The Art of India, c. 300 BC-1650 AD
Tamara L. Sears
Description: Introduction to the art and architectural history of the Indian subcontinent between c. 300 BC and 1650 AD. The course traces the development of early Buddhist and Jain art, the development of Hindu temples and icons, and the efflorescence of Islamic visual culture under the Mughal Empire.
Introductory Bengali I (Fall)
A comprehensive approach to learning all four language skills: speaking, listening, reading, and writing. At the completion of the two-term sequence students are able to read and write in Bengali, and to converse in formal and informal situations.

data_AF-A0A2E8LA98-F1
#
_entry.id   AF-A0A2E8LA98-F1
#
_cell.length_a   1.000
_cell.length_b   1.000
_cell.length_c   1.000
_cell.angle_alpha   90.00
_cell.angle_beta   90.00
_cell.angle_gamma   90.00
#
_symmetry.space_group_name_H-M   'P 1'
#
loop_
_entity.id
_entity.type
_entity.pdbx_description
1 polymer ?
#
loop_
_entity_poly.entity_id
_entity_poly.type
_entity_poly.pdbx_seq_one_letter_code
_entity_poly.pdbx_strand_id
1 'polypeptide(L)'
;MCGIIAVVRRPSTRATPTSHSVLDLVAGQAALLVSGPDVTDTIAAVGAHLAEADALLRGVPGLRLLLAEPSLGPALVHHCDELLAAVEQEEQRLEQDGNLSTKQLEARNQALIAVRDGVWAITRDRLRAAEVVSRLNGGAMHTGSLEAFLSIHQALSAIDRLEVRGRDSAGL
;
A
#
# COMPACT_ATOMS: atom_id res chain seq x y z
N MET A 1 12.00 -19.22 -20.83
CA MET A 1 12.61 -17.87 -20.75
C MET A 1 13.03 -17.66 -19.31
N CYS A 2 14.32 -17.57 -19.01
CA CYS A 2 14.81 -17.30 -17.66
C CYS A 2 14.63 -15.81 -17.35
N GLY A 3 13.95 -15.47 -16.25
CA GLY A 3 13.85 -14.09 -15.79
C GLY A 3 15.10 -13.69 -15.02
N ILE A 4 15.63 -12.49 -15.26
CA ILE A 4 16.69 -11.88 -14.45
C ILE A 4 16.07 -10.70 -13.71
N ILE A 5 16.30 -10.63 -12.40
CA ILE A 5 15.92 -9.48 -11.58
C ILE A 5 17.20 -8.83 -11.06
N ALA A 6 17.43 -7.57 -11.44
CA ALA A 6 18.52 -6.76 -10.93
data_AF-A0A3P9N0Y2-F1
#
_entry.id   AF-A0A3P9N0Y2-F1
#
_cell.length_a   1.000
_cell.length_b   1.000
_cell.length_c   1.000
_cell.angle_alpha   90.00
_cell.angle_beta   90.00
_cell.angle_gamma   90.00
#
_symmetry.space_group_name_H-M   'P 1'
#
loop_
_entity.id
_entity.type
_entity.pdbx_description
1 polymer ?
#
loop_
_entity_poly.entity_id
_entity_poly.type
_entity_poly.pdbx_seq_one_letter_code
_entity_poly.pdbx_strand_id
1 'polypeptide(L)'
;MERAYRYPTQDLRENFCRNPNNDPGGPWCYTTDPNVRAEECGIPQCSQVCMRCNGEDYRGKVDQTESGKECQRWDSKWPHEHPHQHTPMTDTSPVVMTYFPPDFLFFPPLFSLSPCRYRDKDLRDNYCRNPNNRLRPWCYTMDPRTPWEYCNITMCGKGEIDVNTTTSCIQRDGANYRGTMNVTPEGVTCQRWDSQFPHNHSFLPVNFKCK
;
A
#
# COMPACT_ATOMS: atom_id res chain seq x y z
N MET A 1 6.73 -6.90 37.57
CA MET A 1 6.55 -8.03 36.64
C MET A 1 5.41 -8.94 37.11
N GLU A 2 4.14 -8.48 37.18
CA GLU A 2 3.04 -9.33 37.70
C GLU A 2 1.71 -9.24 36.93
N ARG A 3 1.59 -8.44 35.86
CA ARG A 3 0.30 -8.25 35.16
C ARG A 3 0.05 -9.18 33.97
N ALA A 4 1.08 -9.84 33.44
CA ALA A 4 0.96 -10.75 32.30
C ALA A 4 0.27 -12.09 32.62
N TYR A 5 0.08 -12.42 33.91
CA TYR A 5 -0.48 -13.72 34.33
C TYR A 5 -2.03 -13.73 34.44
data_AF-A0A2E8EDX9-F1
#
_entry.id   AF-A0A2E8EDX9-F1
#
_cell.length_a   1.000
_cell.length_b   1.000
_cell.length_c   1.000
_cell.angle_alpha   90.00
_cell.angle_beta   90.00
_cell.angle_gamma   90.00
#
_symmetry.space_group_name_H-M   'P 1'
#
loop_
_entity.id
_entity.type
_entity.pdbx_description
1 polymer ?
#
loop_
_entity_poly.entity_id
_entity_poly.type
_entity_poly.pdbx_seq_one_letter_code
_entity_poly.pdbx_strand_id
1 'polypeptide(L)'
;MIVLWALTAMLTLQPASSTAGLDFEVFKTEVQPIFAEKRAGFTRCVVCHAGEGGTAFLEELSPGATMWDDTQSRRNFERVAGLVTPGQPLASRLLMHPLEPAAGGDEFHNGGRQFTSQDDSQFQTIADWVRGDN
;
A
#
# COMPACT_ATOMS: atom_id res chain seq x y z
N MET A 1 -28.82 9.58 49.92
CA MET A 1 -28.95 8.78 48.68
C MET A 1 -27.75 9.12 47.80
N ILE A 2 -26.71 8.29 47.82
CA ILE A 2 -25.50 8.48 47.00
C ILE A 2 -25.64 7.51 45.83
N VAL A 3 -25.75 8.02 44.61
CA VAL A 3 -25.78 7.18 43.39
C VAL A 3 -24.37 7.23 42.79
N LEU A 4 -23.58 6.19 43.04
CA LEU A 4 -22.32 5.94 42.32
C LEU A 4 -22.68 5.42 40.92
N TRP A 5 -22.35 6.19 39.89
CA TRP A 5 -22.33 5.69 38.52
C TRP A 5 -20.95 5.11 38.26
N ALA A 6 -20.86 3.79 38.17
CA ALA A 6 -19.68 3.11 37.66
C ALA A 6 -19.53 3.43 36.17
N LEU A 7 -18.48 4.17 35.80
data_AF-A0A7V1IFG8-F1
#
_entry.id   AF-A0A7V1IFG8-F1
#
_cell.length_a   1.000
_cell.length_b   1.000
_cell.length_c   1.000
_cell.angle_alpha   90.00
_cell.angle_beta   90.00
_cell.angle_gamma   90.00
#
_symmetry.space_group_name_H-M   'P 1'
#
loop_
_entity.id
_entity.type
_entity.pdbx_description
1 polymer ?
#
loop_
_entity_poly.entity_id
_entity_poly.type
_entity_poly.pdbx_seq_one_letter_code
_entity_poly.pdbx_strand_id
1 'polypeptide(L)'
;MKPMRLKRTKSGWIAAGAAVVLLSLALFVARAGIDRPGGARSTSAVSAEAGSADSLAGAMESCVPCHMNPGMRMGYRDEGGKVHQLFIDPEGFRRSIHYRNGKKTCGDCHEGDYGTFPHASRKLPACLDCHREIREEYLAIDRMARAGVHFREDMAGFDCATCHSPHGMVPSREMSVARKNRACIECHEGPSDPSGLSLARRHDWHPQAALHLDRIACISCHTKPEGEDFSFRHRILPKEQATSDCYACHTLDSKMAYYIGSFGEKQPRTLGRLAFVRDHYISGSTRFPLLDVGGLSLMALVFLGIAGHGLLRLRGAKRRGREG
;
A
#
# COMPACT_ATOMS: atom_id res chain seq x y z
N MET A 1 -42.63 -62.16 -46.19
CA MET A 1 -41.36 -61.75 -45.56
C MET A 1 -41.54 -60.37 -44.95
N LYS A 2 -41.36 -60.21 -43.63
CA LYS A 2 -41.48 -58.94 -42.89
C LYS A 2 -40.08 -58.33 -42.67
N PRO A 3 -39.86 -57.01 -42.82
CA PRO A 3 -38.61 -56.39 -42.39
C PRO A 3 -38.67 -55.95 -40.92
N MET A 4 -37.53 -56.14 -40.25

Course taught through distance learning using videoconferencing technology from Cornell University. Credit only on completion of BNGL 120.
Introductory Bengali II (Spring)
Continuation of BNGL 120. Course taught through distance learning using videoconferencing technology from Cornell University.
HNDI 110/HNDI 510
Elementary Hindi I (Fall)
Seema Khurana, Swapna Sharma
(1) M-F 10.30-11.20
(2) M-F, 1.30-2.20
An in-depth introduction to modern Hindi, including the Devanagari script. A combination of graded texts, written assignments, audiovisual material, and computer-based exercises provides cultural insights and increases proficiency in understanding, speaking, reading, and writing Hindi. Emphasis on spontaneous self-expression in the language. No prior background in Hindi assumed. Credit only on completion of HNDI 120.
HNDI 120/HNDI 520:
Elementary Hindi II (Spring)
Seema Khurana, Swapna Sharma
(1) M-F 10.30-11.20
(2) M-F 1.30-2.20
Continuation of Hindi 110. After Hindi 110 or equivalent.
HNDI 130/HNDI 530
Intermediate Hindi I (Fall)
Seema Khurana, Swapna Sharma
(1) MWF 2.30-3.20, T 9.25-10.15, Th 9.25-10.15
(2) M-F 11.35-12.25